At times I am not sure if I am stuck in Dante’s first circle of Hell; Limbo, or one of Poe’s 7 rooms in “The Masque of the Red Death” or in some strange sick way stuck with just the 7 dwarfs, or one of them, on any given day….
Covid has kept me trapped or should I say locked in and locked out – locked in Saudi Arabia and locked out of South Africa; the irony is that they are both abbreviated to SA. Stuck in SA, whilst trying to get to SA – a perpetual state of limbo. The pandemic is so representative of Poe’s writings – representing the typical attributes of human life and mortality, which would imply that Covid could be an allegory about man’s futile attempts to stave off the inevitable, death. Yet, as we might expect, there is no locking out or blotting out death. By the end of the outbreak, it will have broken down the walls of each castle, despite our best efforts to hold it at bay.
But this is no allegory, this is real life, and its effects on so many; the infected, the cured, the healthy, the untouched, the medical teams; is significant, life changing and life ending.
I have been on the road these past 9 months, starting in Iraq and ending in Saudi. Arrived in Saudi in early January and still here, with no end in sight. Home awaits, when flights and countries unlock, until then its working in a Covid rich country. I have been on 2 different projects, and exposed to the ways of Covid, from overseeing an outbreak from afar due to lockdown and curfews and then to being at the coalface of one, albeit a small outbreak. Been in lock down and then isolation, been on the road and in camps with outbreaks. The pressure has been continuous and relentless, what with all of the above and then also at times, wearing full medical PPE, double gloved, double masked with a face shield in 40 deg heat testing and monitoring people. Yes, you can breathe quiet well in a double mask (surgical and N95) with a face shield in 40˚ C heat for a few hours. Rather that, than to be intubated and ventilated.
One of the issues at the forefront of one’s mind is when do I get to detach from this dystopian nightmare and get to go home and rest. Working 6 to 7 days a week, week in and week out, some days are quiet while others drag into 18- or 20-hour marathons. The answer is the same as “how long is a piece of string” conundrum.
Compared to running a race with no defined finish line, you have no way to know how to pace yourself and what must be kept in reserve for the last lap and sprint across the line.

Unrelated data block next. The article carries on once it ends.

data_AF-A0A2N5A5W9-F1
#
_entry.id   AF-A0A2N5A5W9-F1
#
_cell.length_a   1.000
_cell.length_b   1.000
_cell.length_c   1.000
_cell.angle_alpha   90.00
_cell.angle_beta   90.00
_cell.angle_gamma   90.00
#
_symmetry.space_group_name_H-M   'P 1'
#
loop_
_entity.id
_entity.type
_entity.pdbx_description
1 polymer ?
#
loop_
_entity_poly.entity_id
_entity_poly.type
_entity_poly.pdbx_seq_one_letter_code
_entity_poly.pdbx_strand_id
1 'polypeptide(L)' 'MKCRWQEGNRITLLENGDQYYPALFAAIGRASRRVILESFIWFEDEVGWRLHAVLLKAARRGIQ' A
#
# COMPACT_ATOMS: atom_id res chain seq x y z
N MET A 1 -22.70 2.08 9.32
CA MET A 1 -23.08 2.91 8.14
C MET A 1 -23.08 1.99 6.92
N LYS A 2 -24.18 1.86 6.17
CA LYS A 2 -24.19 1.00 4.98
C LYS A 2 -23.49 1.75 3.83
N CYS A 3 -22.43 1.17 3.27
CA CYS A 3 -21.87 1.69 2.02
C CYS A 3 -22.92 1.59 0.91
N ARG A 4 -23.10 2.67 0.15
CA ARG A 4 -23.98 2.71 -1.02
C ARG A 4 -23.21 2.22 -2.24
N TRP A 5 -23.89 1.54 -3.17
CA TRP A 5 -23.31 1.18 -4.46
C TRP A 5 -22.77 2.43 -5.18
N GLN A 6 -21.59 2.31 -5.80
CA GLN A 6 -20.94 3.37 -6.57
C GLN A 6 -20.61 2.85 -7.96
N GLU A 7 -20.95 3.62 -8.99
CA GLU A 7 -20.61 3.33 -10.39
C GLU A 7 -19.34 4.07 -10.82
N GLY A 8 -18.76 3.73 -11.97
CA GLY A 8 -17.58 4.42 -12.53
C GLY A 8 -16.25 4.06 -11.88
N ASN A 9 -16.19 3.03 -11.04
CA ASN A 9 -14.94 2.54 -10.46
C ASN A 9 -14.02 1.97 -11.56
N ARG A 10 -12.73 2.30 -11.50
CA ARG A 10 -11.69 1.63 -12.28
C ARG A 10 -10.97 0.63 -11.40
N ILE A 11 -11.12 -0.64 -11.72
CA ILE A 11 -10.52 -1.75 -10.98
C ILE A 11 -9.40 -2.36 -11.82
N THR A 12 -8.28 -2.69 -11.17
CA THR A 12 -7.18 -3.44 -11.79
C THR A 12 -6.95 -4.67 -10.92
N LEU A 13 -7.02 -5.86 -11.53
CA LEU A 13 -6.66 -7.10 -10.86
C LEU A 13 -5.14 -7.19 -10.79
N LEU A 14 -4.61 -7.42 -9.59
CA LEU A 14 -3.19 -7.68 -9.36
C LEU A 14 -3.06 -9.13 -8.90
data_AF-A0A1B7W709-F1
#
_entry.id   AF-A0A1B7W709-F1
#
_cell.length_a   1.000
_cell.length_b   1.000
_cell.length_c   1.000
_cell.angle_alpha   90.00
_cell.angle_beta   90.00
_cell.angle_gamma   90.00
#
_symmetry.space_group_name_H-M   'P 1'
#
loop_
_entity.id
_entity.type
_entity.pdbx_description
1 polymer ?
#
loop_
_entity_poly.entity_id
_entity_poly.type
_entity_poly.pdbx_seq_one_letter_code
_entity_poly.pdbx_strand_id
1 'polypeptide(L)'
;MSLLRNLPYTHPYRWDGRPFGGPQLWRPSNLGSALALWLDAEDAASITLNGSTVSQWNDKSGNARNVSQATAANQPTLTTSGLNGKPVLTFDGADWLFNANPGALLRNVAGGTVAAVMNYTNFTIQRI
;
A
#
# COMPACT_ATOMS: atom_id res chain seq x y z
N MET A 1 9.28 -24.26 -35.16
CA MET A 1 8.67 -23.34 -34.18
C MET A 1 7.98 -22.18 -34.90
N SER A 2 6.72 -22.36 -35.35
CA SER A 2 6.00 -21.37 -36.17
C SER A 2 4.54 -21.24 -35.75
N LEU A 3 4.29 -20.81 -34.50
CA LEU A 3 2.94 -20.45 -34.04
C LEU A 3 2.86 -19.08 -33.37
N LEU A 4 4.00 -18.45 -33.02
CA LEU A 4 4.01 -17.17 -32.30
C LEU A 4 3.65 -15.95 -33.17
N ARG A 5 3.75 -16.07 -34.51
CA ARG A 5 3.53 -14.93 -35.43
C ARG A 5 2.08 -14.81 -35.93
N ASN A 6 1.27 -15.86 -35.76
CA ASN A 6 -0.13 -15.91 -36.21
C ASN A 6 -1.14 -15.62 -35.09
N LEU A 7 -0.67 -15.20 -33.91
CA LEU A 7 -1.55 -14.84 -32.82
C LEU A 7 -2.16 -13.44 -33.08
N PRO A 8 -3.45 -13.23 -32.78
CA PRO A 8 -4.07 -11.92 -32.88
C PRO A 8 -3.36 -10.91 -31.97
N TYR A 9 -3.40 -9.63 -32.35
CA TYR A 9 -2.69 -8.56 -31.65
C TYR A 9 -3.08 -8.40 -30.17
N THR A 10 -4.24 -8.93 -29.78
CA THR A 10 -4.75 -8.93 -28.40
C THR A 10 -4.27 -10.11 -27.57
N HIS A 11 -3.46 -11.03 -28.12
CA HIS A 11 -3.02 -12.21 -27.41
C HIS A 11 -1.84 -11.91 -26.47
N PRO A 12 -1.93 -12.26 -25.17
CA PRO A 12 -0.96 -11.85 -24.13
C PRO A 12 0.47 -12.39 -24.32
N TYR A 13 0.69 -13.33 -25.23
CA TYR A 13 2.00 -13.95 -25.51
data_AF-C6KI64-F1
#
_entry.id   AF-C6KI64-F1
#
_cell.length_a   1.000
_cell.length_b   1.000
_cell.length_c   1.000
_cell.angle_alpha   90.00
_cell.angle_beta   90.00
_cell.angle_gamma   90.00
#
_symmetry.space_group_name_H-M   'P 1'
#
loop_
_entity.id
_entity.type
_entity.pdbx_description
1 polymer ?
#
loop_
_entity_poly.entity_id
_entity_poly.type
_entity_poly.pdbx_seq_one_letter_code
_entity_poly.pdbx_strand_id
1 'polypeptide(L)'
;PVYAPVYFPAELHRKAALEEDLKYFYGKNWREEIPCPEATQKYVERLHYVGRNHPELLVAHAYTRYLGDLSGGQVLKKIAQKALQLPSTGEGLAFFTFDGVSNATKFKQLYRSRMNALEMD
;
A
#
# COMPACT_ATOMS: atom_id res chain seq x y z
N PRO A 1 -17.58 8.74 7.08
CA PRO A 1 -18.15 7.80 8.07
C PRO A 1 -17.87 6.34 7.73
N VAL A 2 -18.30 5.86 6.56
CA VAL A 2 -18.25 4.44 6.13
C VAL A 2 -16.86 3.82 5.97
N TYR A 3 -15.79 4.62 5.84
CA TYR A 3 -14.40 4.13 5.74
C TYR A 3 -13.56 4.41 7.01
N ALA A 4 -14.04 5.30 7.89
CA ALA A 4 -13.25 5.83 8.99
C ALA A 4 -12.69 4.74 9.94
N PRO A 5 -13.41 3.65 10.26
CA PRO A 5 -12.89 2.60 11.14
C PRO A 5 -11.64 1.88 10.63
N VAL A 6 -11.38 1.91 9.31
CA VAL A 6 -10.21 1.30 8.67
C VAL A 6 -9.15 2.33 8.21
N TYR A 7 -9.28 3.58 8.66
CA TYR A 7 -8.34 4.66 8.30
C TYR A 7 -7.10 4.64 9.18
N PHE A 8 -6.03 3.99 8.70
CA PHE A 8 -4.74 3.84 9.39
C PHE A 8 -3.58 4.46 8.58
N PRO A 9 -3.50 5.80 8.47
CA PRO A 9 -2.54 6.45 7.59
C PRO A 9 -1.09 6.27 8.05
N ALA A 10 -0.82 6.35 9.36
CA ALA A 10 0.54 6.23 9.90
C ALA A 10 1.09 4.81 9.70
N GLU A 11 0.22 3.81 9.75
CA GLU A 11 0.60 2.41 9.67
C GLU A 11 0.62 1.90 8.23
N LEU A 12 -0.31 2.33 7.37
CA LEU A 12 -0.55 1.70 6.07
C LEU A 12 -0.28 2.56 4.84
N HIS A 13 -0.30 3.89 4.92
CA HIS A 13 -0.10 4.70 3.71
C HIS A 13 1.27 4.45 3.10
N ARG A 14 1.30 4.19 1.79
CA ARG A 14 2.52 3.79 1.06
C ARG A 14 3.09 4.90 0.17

So now that I have spoken about being lost, what have I found/witnessed/seen during this time? I have found friends in places I never thought I would, have tapped the reserves of resilience I never knew I had, seen (once again) the banality of corporate deceit and greed (which is not a new experience for me, but just depressing to witness in times of need and in a disaster), seen the compassion and care of dedicated medical professionals working with limited resources in difficult environments.
Personally, and professionally I have had to stretch the boundaries of my knowledge, patience, and energy levels; to keep pace with the ever-changing environments, locations, working hours and unimaginable stress from unexpected quarters. I have had to rely on my tried and trusted coping mechanisms. The journey has dragged me to revisit and explore new and old coping processes to get through the long grind away from home and my safe place.
No matter how bitter, maudlin, depressing this journey has been I must focus on the good that has come out of it, and that will be my guiding star.
“Midway along the journey of our life
I woke to find myself in a dark wood,
for I had wandered off from the straight path.
How hard it is to tell what it was like,
this wood of wilderness, savage and stubborn
(the thought of it brings back all my old fears),
a bitter place! Death could scarce be bitterer.
But if I would show the good that came of it
I must talk about things other than the good.”
or in the words of Eros Ramazzotti from his song, Lettera al future/Letter to the future – loosely based around “The Masque of the Red Death”
Eros Ramazzotti Lettera al future/Letter to the future
I am writing all this to you
who will be born someday in the future
and who knows how things will be
if this wind will have left the cities…
I don’t know the world you’ll find
I just hope you’ll be
the son of a new
and more fair humanity